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State v. Heyward

Supreme Court of South Carolina

May 15, 2019

The State, Respondent,
v.
Denzel Marquise Heyward, Petitioner. Appellate Case No. 2018-000981

          Heard March 27, 2019

          Appeal from Charleston County Roger M. Young, Sr., Circuit Court Judge

         ON WRIT OF CERTIORARI TO THE COURT OF APPEALS

          Chief Appellate Defender Robert Michael Dudek and Appellate Defender Donald Michael Mathison, both of Columbia, for Petitioner.

          Attorney General Alan McCrory Wilson, Assistant Attorney General Jonathan Scott Matthews, and Assistant Attorney General James Clayton Mitchell, III, all of Columbia, for Respondent.

          HEARN JUSTICE

         Petitioner Denzel Heyward was indicted for murder, attempted murder, armed robbery, and possessing a firearm during a crime of violence for an incident that resulted in the death of Kadeem Chambers. The jury could not reach a verdict as to murder, but found Heyward guilty of the remaining charges. The trial court sentenced him to an aggregate term of 65 years. Heyward appealed, asserting the court erred by admitting a photo lineup identification and by finding his counsel opened the door to the admission of testimony that he had previously committed domestic violence. The court of appeals affirmed. State v. Heyward, 422 S.C. 488, 812 S.E.2d 432 (Ct. App. 2018). We now reverse and remand for a new trial.

         FACTS/PROCEDURAL BACKGROUND

         During the trial, Quasantrina Rivers-the mother of Heyward's child and a cooperating codefendant-testified that she drove Heyward and Dashaun Simmons-another codefendant-to a residence in Ridgeville where Heyward retrieved a gun. She then drove the men to an acquaintance's house on Johns Island. Another car containing two men (Chambers and his brother, Jujuain Hemingway) drove up, and after speaking to one of the occupants, Heyward "bum rushed"[1] him and pushed him against the car. Simmons then approached the car from the woods carrying a rifle and forced the two men to lay on the ground. Heyward and Simmons demanded to know "where everything was at," but the men responded they had nothing. Thereafter, Heyward stomped his foot on the back of Hemingway's head, and Simmons fired a shot in his direction. Heyward and Simmons forced the men to open the trunk of their car and took a suitcase from it. Chambers then began to "tussle" with Simmons when two shots rang out, striking Chambers. Heyward and Simmons fled with Rivers, who drove them back to Ridgeville. The group spent much of the next two days there before Rivers ultimately turned herself in to police. Chambers passed away at the hospital. Hemingway testified similarly regarding the events of the night in question.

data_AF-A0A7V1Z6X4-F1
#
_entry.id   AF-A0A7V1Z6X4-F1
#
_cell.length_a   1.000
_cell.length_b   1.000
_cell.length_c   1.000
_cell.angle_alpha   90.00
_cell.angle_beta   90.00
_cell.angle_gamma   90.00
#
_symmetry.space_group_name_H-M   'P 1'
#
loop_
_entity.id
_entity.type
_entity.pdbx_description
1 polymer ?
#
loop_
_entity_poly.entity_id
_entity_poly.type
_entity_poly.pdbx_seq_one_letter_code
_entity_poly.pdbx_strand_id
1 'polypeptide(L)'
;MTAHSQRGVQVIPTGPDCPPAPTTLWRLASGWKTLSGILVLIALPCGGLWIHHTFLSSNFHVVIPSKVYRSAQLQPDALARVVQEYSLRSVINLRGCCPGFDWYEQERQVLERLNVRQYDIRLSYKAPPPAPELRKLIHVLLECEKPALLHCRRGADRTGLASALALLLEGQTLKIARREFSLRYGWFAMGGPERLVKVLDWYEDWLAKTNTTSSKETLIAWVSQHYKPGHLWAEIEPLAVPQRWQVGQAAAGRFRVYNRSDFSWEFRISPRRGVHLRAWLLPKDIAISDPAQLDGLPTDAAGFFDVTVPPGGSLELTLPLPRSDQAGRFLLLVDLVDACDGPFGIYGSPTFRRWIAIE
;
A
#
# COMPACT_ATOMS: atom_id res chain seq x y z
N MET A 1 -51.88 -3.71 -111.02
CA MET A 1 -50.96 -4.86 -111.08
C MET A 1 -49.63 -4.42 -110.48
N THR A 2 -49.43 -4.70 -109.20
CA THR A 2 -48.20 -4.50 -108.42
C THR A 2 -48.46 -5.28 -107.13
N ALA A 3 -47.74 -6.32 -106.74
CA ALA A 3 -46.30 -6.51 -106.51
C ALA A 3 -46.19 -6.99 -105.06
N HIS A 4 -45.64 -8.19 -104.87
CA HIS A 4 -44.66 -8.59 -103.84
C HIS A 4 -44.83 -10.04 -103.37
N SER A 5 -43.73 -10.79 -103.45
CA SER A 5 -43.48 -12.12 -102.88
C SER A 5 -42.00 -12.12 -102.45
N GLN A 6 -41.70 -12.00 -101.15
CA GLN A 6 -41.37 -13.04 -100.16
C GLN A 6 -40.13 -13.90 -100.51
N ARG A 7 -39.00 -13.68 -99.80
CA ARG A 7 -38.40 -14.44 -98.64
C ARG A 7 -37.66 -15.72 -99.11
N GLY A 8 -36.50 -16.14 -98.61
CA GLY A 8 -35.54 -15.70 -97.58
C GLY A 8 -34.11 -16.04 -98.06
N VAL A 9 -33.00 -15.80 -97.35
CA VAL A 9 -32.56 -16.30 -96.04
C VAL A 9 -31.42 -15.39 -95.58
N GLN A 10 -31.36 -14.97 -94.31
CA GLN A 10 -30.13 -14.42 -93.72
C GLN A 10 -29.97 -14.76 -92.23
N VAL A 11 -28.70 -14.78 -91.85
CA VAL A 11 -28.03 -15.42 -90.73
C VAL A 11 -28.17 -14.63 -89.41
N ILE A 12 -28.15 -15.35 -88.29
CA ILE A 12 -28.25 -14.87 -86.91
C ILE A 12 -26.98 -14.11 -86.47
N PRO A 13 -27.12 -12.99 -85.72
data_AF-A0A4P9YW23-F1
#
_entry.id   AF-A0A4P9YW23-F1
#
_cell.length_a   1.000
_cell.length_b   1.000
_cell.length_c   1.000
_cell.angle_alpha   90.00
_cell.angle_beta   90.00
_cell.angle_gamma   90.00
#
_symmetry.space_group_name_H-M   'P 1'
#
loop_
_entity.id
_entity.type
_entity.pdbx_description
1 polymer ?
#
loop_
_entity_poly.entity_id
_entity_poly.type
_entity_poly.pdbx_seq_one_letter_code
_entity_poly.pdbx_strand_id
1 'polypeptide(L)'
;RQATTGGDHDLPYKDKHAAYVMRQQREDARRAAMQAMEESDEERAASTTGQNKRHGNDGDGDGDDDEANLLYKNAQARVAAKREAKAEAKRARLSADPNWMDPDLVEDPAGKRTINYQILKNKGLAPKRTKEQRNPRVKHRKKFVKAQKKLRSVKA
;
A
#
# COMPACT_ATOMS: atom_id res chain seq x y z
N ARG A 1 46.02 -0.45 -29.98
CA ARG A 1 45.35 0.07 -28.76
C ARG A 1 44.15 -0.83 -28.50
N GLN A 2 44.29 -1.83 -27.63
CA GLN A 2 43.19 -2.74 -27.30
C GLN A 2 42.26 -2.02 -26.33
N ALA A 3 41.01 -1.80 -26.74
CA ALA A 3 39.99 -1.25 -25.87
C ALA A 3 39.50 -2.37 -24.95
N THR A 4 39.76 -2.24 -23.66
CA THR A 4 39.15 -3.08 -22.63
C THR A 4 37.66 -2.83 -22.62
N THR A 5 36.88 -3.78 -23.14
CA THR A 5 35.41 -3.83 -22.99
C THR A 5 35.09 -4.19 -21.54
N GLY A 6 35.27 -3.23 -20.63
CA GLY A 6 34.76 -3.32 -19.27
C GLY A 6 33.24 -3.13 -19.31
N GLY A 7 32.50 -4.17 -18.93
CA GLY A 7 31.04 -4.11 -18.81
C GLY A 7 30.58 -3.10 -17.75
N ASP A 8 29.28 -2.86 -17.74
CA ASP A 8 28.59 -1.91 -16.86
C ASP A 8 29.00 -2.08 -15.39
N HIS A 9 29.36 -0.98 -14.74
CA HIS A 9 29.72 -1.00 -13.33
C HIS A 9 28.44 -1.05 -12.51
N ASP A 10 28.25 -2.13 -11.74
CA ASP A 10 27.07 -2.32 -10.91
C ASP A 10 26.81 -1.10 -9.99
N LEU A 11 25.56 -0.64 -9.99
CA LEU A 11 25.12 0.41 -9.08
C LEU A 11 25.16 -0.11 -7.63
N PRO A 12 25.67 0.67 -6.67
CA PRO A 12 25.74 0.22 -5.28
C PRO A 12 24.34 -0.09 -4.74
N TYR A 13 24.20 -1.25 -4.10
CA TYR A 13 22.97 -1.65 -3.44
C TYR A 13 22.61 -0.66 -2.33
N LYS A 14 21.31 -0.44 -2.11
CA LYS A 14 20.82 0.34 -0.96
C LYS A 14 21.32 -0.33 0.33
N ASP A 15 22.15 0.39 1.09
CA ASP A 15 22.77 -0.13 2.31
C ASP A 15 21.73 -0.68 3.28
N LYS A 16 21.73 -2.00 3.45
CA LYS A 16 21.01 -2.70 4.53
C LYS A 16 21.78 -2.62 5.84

Prior to trial, Heyward sought to prohibit Rivers from testifying that he had allegedly physically abused her during their relationship. In moving to exclude the testimony, he argued he had no prior convictions for domestic violence and the allegations had no bearing on any element of a crime charged, resulting only in undue prejudice.

         The State explained it wanted to introduce the evidence to help the jury understand the complicated relationship between Heyward and Rivers, including the fact that despite agreeing to testify against Heyward, she continued to visit him frequently in jail. According to the State, the allegations demonstrated his ability to manipulate her. Further, it helped explain why Rivers allegedly drove Heyward and Simmons to retrieve a gun, drove them to and from a robbery, and then took two days to turn herself in to police. The State asserted allegations of domestic violence would not cause the jury to assume Heyward committed murder.

         The trial court determined the State was attempting to introduce the evidence to demonstrate Heyward's bad character, which Rule 404(b), SCRE, is designed to prevent. The court stated it would not allow Rivers to testify about prior incidents of abuse on direct examination, but noted the testimony could be permitted to rehabilitate her.

         At trial, the State called Rivers' mother, Sidearis Singleton, who testified about Rivers' behavior after the incident and her decision to turn herself in. On cross-examination, Heyward asked Singleton whether Rivers had attempted suicide before, whether she knew if Rivers had mental health issues, and whether Rivers had ever accused Singleton's husband of sexually assaulting her. Singleton answered she did not know to each question.

         On redirect, the State asked Singleton who had abused Rivers. Heyward objected, and the court stated: "[w]ell, you raised the-you raised the issue. I guess she would-you introduced it, so-." The court then held an off-record bench conference at Heyward's request. The State proceeded with questioning, asking Singleton who had physically harmed Rivers in any way. She responded that Heyward had committed domestic violence against Rivers. Singleton testified Heyward had a history of physically abusing Rivers and she had seen Rivers after some of the abuse, noticing her hair had been pulled out and her lip was busted or swollen. Rivers later testified her ...


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